Appropriators block funding for DHS personnel reforms

Congress approved $20 million for the overhaul for fiscal 2007; Bush administration has requested $15 million for next year.

A House panel late Tuesday approved language that would block funding for a controversial human resources system at the Homeland Security Department.

The House Appropriations Committee voted unanimously to approve a $36.2 billion fiscal 2008 DHS spending bill that would block funding for the department's personnel system - now called the Human Capital Operational Plan.

This would mark a significant setback for the system. Congress approved $20 million for the personnel plan for fiscal 2007, and the Bush administration requested $15 million in its fiscal 2008 budget proposal.

"The committee's intent was to intentionally starve the system out of resources -- to starve it out of existence," said Eric Shulman, a lobbyist with the American Federation of Government Employees.

The measure would still provide DHS' human capital office with $3 million for "human resource activity, including a human capital survey," according to a report on the bill.

The committee markup comes on the heels of the full House's approval last month of language in the fiscal 2008 DHS authorization bill that would repeal the 2002 law that allowed the department to develop a new personnel system. But the White House has threatened to veto the authorization bill should it include that provision.

Federal labor unions have been lobbying Congress to halt funding, charging that DHS has moved ahead with the personnel overhaul despite an appeals court decision upholding a ruling that portions illegally curtail the collective bargaining rights of employees.

Nearly 11,000 nonbargaining unit employees have come under the performance management portion. The remaining parts -- appeals, adverse actions, classification, labor relations and pay for performance -- have not yet been fully implemented. And the department has been barred from bringing bargaining unit employees under the plan until it makes changes to the labor relations rules struck down by the court last year.

"This decision to provide no funds to implement a human resources program is the latest in a series of steps I hope will lead to an end by DHS to impose personnel rules that would further devastate already slumping morale within DHS and impede the ability of this agency to meet its important mission," said National Treasury Employees Union President Colleen Kelley.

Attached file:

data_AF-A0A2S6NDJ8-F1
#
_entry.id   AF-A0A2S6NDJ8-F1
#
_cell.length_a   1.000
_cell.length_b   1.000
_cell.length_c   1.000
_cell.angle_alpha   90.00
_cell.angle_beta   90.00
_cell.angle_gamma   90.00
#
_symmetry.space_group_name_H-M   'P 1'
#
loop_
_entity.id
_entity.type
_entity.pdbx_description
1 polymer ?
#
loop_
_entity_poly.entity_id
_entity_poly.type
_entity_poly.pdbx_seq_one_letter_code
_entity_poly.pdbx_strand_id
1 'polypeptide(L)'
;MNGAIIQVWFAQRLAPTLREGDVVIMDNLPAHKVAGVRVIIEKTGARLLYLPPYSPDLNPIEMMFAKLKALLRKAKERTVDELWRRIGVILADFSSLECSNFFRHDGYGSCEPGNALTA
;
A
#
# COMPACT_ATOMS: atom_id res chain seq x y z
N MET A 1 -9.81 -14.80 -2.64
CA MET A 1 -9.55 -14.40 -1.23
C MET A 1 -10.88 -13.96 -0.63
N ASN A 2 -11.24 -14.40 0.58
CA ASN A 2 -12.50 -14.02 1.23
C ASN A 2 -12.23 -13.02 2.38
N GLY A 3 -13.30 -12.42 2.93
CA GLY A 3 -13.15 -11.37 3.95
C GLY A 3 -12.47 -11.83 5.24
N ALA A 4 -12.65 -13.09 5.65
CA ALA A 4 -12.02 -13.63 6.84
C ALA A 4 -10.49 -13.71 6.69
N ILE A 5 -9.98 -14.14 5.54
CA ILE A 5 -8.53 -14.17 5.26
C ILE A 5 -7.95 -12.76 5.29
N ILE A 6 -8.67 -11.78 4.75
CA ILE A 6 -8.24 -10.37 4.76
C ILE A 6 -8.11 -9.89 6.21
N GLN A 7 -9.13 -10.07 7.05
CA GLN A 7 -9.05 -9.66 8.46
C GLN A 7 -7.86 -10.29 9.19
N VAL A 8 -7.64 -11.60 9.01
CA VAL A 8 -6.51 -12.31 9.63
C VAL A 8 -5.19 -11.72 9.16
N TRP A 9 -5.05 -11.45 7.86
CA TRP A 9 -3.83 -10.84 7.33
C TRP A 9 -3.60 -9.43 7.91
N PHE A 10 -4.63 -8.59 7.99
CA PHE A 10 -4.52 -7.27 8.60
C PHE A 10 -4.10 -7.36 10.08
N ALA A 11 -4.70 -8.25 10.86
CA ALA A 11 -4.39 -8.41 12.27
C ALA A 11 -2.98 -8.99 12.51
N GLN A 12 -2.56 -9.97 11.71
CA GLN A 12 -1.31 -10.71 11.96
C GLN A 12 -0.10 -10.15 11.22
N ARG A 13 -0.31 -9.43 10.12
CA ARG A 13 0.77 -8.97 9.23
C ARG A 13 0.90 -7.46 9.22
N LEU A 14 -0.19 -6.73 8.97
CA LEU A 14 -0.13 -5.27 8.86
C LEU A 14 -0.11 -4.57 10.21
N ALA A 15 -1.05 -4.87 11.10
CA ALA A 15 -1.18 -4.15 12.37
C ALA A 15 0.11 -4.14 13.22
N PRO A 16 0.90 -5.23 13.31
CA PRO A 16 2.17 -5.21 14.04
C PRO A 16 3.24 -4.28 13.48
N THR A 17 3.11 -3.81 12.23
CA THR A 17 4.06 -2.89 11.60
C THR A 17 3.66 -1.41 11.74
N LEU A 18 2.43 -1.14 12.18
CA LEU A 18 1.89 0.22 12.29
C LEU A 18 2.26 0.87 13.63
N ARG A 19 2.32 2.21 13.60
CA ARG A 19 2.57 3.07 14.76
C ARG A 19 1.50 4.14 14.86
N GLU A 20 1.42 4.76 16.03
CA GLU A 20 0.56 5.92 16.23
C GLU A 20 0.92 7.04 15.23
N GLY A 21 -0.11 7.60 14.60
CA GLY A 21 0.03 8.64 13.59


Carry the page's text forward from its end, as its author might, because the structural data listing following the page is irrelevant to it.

Meanwhile, the appropriations bill also would provide $50 million for DHS to grant law enforcement officer status to Customs and Border Protection officers, to improve DHS' recruitment and retention ability.

But the administration claims that CBP officers do not meet the definition of law enforcement officers and therefore are ineligible for the early retirement option granted to such officers. It has threatened to veto legislation that would grant the status to CBP officers, on the grounds that doing so could endanger national security.

The bill also would provide $27 million for DHS to hire an additional 250 CBP officers to ensure compliance with the 2006 port security law.

The measure also would prohibit DHS from cutting the number of Federal Protective Service police until FPS provides local law enforcement agencies with information on the number and types of cases FPS police handle and reaches agreement with them on how such cases will be dealt with in the future.

At a hearing last month, lawmakers expressed skepticism over whether an FPS proposal to eliminate 249 police officers and create a workforce composed mainly of inspectors and contract security guards would leave federal facilities more vulnerable. Lawmakers questioned whether cutting the officer role would transfer the responsibility of responding to calls from federal agencies to local law enforcement officers, who already face tight budgets and other responsibilities.

DHS would not comment on the bill, as a matter of policy against commenting on pending legislation.